Friday 27 January 2023

Mangling Médée: why are stylistically appropriate performances of Cherubini's opera so rare?

Cherubini: Medea - Sondra Radvanovsky - Metropolitan Opera (Photo Metropolitan Opera)
Cherubini: Medea - Sondra Radvanovsky - Metropolitan Opera (Photo Metropolitan Opera)

Mangling Médée: In the wake BBC Radio 3's broadcast of Cherubini's Medea from New York's Metropolitan Opera, we look at why stylistically appropriate performances of Cherubini's 1797 opera remain such a rarity

Last October (2022), the Metropolitan Opera in New York presented its first-ever production of Cherubini's Medea (recently heard on BBC Radio 3). The work was famously associated with Maria Callas, and the Met history of the opera is linked to Rudolph Bing's failure to woo the diva to sing the role in New York. Perhaps because of this history, the performance in October used the version of the opera that Callas performed. This is a version created in 1909 for the work's debut at La Scala, Milan. This used the shortened version of the opera which Cherubini presented in Vienna in 1809, replaced the spoken dialogue with recitatives that had been created for a German version of the opera presented in Frankfurt in 1855 and added an entirely new Italian translation.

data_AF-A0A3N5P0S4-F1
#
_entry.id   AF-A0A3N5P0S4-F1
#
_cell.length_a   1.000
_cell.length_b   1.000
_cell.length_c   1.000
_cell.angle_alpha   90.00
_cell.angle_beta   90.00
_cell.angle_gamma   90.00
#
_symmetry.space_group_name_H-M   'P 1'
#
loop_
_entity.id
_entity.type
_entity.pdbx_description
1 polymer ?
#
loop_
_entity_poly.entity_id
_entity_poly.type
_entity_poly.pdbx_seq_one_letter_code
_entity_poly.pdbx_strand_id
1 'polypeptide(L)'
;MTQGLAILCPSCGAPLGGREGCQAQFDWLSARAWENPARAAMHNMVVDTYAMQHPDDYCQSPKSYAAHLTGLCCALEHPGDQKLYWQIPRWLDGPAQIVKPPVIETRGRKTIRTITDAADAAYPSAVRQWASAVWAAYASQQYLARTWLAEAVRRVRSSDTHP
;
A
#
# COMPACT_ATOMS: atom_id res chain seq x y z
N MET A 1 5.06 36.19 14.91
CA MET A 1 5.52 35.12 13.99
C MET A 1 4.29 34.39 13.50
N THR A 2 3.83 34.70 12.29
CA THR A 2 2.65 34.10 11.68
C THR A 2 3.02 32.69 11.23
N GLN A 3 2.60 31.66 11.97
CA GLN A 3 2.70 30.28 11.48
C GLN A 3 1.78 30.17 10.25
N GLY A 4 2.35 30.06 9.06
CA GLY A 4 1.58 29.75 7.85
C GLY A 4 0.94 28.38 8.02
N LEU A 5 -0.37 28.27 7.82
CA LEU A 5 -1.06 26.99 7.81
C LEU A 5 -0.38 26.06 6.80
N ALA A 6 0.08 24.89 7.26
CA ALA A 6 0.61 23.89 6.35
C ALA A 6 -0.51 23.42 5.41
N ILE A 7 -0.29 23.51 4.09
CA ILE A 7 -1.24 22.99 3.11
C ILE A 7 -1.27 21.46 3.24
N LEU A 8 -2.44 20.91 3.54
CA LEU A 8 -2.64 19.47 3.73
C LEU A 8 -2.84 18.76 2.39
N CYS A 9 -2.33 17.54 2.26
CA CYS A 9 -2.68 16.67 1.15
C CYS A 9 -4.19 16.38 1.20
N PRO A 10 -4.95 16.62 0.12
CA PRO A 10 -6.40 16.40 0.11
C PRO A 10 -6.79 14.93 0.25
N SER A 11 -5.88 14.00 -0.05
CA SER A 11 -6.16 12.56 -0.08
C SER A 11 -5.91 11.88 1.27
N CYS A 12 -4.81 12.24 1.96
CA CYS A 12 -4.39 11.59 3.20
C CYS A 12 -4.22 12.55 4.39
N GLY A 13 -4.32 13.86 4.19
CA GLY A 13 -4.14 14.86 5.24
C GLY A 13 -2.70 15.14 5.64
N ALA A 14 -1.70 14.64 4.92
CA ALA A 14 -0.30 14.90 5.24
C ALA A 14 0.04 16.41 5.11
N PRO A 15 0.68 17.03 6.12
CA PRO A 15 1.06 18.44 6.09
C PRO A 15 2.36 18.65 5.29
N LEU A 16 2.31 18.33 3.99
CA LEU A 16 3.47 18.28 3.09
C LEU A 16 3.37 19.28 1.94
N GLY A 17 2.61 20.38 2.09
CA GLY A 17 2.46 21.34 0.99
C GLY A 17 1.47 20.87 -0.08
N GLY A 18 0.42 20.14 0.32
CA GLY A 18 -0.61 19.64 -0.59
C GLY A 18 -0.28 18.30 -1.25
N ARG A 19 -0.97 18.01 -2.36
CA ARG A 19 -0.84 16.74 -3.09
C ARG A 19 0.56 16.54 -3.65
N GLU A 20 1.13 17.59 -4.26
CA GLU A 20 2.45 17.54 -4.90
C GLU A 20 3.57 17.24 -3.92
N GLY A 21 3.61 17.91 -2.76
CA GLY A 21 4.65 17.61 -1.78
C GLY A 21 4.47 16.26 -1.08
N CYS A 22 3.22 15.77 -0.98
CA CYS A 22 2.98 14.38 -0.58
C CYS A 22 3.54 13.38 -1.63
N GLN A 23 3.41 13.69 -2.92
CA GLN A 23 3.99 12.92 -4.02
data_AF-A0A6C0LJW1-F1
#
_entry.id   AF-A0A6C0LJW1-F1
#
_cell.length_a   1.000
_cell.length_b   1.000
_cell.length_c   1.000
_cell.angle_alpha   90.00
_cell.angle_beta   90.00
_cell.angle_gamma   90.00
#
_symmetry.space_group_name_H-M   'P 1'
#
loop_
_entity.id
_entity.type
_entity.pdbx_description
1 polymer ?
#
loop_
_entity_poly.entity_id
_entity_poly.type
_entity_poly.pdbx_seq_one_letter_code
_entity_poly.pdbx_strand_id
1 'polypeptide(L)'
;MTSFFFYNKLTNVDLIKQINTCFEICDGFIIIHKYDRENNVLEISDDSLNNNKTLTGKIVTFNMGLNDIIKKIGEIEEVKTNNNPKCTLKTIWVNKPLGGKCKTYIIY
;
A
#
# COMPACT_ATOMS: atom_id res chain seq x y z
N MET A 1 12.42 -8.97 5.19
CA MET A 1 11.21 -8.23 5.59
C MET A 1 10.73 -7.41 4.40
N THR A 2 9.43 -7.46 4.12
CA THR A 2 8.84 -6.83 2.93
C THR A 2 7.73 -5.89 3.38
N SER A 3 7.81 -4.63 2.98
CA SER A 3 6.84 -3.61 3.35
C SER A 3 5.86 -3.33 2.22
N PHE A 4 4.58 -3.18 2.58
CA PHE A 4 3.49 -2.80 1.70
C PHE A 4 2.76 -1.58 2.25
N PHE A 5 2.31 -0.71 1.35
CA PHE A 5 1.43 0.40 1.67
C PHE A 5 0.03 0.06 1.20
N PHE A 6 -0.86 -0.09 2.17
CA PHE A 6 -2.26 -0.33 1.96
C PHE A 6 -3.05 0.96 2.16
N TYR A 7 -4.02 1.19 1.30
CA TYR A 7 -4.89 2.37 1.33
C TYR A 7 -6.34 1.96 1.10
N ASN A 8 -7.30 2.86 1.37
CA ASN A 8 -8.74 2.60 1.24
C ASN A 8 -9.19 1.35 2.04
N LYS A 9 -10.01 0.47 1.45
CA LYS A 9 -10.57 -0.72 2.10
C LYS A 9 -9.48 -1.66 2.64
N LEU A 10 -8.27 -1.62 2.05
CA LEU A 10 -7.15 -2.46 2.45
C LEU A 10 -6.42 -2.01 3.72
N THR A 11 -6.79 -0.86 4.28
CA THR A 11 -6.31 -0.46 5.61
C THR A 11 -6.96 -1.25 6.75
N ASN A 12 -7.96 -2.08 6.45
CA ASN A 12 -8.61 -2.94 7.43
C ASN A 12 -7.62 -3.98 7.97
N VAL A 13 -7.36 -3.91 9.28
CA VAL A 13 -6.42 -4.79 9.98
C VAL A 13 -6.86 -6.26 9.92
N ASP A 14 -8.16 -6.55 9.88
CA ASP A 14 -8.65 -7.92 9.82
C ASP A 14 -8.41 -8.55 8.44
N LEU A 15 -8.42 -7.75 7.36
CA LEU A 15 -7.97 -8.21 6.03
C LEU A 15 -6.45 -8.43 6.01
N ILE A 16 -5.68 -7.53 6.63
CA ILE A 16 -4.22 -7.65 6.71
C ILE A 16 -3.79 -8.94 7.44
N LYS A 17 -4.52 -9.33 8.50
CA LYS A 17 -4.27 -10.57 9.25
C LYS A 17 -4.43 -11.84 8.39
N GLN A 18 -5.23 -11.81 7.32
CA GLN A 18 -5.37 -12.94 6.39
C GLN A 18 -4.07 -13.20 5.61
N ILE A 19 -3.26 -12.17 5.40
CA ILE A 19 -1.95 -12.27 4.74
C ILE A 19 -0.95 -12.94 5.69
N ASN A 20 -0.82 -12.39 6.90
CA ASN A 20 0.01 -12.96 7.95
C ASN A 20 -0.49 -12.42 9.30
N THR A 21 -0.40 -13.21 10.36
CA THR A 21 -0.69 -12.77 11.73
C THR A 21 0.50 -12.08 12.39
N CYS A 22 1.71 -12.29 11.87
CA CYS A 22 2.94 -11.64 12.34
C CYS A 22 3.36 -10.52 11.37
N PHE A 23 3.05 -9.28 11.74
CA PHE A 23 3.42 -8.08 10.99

The result is to present a stylistic mish-mash which is a long way from Cherubini's intentions, adjusting it to suit the style of early 20th-century Italian opera with its emphasis on verismo, and this includes slow tempos reflecting that the leading roles were being sung by vastly different voices to those of the original singers. In fact, that 1909 La Scala performance starred verismo soprano Ester Mazzoleni, though the work can hardly be counted as a success because it did not reoccur in Italy until Callas took it up, in Florence in 1953! 

Perhaps, you might say, that my concern over editions and versions is somewhat over-picky and that if the performance is good, we should not worry. But consider this. Cherubini’s original Médée premiered in 1797, just six years after Mozart's Die Zauberflote, and what if the Met considered putting on a performance of Mozart's Il flauto magico in an early 20th-century Italian translation with mid-19th century recitatives instead of the spoken dialogue, using voices more appropriate to middle period Verdi. There would surely be uproar, so why should Mozart's music be treated with a modicum of dignity and Cherubini's be routinely hacked about.